This morning, I caught up on the news by reading about the recent terrible accident in Glasgow that took six lives. Most headlines I saw referred to it as the “Glasgow Bin Lorry Crash.” Here, we’d call it the “Garbage Truck Crash.” Sad as the incident was, It got me thinking about a less-tragic cultural phenomenon that I’ve been observing for some time.
When I was a kid, I wouldn’t have had any idea what a “Bin Lorry” was. I remember having to look up words like “treacle” after I’d come across them in books. And books were nearly the only places I ran across such words. I met an exchange student from Australia in high school and was fascinated by slang he taught me like saying “no worries” rather than “you’re welcome” or “not a problem.”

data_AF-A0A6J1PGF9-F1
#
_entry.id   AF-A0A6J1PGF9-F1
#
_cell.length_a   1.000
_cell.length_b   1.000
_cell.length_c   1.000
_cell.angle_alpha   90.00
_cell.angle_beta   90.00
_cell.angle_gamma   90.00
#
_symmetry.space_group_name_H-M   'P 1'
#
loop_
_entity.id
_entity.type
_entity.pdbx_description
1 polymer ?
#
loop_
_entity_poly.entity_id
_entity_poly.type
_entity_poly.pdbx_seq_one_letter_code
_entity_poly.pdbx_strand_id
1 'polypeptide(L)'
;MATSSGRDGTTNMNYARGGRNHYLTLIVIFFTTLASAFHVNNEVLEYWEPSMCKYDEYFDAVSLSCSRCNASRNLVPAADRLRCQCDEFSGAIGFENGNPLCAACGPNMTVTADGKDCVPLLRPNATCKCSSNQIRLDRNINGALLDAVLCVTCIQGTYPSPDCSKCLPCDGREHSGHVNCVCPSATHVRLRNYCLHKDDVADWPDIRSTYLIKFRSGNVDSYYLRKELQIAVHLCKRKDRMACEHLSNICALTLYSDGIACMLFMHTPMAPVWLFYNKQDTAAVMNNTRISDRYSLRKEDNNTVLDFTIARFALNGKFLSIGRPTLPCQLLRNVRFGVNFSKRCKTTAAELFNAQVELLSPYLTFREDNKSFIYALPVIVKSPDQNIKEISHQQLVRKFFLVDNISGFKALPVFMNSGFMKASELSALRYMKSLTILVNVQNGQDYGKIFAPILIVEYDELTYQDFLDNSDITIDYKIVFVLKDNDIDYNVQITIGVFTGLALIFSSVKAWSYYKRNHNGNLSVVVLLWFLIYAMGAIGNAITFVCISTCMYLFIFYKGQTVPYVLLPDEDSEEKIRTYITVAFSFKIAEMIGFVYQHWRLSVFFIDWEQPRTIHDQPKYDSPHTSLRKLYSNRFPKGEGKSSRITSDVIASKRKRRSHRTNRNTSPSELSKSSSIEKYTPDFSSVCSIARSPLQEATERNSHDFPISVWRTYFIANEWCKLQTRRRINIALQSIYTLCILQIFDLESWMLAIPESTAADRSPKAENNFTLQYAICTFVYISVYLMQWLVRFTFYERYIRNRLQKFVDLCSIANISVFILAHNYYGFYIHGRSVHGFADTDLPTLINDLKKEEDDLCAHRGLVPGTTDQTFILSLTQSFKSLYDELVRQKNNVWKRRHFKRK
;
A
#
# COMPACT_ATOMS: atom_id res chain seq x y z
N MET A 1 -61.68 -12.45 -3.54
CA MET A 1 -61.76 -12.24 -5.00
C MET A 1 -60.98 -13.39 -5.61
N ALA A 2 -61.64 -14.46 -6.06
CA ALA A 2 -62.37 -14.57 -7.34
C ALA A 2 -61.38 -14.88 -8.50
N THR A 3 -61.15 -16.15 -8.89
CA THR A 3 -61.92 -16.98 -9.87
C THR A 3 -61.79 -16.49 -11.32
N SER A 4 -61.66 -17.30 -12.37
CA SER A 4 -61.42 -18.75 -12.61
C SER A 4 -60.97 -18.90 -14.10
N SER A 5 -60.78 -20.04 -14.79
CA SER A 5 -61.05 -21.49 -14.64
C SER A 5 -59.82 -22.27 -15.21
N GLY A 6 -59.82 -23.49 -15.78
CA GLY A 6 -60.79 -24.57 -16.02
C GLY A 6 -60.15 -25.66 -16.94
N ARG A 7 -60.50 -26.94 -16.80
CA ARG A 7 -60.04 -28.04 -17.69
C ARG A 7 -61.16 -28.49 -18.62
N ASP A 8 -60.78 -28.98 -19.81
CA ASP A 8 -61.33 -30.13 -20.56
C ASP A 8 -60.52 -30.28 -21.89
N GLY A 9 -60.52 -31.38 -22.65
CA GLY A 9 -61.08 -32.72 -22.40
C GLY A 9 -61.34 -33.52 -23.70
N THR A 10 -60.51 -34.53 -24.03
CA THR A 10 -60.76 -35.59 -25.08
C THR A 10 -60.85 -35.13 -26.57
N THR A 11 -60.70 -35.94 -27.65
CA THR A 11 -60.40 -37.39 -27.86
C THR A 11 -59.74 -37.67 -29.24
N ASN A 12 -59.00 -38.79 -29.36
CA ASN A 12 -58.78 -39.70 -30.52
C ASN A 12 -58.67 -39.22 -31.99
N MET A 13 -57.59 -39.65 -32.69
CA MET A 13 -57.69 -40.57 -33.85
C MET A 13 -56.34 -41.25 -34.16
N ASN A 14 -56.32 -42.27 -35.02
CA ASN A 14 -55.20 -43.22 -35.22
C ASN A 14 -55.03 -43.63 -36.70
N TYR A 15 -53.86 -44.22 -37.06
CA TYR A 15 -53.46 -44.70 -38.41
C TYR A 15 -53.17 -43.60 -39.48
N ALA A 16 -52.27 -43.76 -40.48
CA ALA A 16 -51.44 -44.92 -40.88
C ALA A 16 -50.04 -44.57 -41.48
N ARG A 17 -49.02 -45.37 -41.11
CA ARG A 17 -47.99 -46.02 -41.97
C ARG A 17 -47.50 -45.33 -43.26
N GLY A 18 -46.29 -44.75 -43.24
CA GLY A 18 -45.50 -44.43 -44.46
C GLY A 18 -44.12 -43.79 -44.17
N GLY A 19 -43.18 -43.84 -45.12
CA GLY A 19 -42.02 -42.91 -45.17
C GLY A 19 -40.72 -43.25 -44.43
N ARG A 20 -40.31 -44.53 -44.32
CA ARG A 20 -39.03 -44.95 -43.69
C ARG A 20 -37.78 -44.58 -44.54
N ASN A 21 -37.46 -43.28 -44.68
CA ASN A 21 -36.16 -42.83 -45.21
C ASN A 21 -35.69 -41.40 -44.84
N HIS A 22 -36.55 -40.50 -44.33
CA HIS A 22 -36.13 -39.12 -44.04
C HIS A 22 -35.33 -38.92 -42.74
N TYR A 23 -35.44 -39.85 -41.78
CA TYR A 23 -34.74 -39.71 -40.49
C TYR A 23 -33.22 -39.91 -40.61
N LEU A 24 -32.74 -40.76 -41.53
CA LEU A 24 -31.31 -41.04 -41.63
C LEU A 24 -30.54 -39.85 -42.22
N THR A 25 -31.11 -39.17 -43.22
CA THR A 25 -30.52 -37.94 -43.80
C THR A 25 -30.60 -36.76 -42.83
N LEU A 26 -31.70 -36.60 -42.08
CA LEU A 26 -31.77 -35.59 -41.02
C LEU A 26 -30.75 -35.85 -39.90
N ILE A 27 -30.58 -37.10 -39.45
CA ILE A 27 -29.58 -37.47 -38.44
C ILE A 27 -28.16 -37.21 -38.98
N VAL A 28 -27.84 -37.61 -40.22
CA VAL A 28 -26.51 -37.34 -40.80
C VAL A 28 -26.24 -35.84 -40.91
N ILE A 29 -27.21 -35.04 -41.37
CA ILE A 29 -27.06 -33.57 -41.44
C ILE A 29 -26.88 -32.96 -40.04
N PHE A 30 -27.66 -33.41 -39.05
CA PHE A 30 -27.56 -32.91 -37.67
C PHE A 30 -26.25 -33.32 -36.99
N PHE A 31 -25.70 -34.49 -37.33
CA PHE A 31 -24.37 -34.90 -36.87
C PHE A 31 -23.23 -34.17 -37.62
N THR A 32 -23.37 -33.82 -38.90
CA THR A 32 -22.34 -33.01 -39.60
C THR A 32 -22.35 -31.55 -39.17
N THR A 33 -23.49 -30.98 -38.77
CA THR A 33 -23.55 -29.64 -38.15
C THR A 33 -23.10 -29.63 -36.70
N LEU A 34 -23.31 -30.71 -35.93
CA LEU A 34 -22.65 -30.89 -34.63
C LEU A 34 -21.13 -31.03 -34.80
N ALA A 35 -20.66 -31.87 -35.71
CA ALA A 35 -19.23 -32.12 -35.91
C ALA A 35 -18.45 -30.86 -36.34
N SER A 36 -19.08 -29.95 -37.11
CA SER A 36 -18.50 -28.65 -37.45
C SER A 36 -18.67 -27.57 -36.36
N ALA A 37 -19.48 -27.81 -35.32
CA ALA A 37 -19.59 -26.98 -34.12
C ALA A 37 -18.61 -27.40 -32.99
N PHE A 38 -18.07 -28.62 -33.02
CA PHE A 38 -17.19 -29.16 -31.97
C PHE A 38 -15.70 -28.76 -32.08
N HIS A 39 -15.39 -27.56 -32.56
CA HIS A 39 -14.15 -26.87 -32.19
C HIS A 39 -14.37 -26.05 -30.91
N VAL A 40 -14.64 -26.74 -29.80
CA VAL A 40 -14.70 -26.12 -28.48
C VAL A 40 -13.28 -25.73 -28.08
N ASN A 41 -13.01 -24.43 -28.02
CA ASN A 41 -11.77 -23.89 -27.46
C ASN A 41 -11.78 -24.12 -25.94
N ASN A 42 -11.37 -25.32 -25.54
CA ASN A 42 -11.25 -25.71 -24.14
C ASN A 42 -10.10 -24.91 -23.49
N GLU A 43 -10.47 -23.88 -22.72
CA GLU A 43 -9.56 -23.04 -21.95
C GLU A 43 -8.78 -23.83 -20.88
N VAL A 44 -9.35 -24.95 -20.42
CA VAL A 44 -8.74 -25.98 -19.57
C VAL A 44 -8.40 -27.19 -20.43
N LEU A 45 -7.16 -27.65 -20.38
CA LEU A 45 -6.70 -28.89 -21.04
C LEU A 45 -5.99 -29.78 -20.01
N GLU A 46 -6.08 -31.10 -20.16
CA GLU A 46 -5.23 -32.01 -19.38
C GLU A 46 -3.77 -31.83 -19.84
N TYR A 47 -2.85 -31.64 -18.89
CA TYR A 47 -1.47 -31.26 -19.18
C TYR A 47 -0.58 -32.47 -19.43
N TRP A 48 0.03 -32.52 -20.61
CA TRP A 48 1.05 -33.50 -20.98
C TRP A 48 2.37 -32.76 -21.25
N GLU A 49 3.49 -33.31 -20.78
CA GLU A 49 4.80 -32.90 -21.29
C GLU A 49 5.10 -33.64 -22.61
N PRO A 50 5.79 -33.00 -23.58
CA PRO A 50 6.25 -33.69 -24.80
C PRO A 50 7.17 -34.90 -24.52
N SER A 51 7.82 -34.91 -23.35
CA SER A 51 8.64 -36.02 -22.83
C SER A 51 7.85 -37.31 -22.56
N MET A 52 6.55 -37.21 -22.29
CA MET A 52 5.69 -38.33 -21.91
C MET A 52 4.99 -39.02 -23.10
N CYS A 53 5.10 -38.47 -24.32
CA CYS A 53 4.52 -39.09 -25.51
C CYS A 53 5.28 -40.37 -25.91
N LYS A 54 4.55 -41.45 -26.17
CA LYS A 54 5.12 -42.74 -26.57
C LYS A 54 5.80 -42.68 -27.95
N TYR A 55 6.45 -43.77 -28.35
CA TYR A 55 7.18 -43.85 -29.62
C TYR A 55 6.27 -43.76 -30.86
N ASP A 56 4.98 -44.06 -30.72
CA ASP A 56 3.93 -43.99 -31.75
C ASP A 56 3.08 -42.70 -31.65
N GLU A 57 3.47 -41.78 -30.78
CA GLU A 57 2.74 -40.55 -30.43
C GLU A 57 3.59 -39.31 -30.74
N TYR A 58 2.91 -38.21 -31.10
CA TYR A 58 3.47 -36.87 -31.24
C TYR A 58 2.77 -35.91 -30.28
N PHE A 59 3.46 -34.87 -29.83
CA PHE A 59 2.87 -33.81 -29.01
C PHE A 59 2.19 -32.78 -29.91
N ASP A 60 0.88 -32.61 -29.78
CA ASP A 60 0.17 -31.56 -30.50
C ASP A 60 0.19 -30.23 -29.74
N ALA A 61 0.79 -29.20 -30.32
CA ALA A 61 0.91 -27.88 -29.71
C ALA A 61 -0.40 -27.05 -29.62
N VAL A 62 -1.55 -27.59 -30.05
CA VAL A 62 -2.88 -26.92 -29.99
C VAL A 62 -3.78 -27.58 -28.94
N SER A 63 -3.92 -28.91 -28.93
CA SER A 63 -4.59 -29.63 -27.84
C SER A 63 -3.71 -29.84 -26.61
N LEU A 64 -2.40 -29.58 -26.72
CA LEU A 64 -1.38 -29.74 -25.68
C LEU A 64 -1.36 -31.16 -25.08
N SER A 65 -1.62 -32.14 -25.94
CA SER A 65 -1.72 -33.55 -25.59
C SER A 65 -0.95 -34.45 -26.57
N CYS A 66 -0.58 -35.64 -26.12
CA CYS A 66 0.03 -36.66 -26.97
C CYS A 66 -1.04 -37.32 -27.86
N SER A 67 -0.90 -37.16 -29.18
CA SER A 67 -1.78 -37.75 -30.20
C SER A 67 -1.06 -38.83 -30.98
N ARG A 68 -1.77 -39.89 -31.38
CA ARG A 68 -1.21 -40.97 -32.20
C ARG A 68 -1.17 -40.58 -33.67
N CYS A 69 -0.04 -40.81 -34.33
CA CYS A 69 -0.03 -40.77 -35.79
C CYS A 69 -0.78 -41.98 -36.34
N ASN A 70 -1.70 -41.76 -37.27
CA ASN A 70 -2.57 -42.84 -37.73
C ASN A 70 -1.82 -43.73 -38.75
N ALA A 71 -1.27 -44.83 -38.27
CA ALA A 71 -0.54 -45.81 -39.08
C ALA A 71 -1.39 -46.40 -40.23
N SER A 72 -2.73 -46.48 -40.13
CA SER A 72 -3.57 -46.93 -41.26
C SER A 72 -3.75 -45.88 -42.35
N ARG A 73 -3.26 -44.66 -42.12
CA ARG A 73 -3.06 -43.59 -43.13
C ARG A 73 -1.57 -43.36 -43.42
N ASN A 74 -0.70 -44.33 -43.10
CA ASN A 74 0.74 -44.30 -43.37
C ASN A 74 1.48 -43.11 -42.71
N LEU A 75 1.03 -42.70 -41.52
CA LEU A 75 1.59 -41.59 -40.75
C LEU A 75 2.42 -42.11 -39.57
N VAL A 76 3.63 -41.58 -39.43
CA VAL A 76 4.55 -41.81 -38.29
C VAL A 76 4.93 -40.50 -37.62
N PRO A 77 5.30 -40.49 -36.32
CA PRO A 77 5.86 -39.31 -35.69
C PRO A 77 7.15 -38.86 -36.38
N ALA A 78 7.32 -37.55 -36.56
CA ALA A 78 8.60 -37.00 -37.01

I also remember being confused about the term “mince” or “mince meat” — I thought I’d figured out that “mince” was what we termed “hamburger meat” or “ground beef,” but then I heard about a “mince pie” or a “mincemeat pie,” which sounded like dessert to me. And speaking of dessert, that Pink Floyd song that asked “how can you have any pudding if you don’t eat your meat!” mystified me a bit, too. I thought I knew what pudding was, but this seemed an odd usage of it. [Read more…] about Not Just Gingers And One-Offs: The Enrichening Of English Around The Globe